Jaymay

Autumn Fallin' | Blue Note
By MIKAEL WOOD  |  March 4, 2008
2.0 2.0 Stars
inside_JAYMAY---AUTUMN-FALL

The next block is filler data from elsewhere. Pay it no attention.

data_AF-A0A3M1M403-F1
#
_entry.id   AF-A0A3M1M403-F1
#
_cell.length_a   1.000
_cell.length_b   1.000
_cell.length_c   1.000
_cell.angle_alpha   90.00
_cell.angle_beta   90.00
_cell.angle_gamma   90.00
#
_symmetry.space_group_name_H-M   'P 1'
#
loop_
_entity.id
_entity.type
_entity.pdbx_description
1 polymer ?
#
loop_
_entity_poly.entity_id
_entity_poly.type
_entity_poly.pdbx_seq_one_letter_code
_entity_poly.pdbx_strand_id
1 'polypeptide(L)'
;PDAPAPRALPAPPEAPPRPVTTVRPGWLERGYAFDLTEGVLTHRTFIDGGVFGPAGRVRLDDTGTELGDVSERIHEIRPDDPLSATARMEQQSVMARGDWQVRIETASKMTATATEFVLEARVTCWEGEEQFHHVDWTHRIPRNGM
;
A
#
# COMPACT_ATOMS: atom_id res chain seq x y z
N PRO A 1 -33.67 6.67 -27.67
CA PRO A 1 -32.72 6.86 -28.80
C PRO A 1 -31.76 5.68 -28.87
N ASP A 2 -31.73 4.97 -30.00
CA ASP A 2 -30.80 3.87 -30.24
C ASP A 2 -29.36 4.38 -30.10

“Where’s my morning coffee?”, Jaymay wonders in “Sea Green, See Blue,” a cut from the New York–based singer-songwriter’s major-label debut. To judge by the decidedly sleepy sound of Autumn Fallin’, the caffeine never came: though these 10 warmly produced folk-pop ditties provide a detailed play-by-play of a Big Apple romance, Jaymay’s music seems less informed by the tumult of public life in New York than by the search for calm all New Yorkers know. As her labelmate Snorah Jones has proved several times over, that’s fertile artistic and commercial source material, and when her writing is at its best here — as in “Blue Skies,” where she faces the truth that “there will always be unkind people” — Jaymay (born Jamie Seerman) comes off as a much wiser soul than her 26 years might suggest. But like Jones’s records, Autumn Fallin’ isn’t without its well-intentioned dull stretches, when all the acoustic strumming and low-key vocals and lyrics about falling for the wrong guy vague out into an anonymous coffeeshop background blur. At those points, you wish Jaymay would open the door and let in some rank city air.
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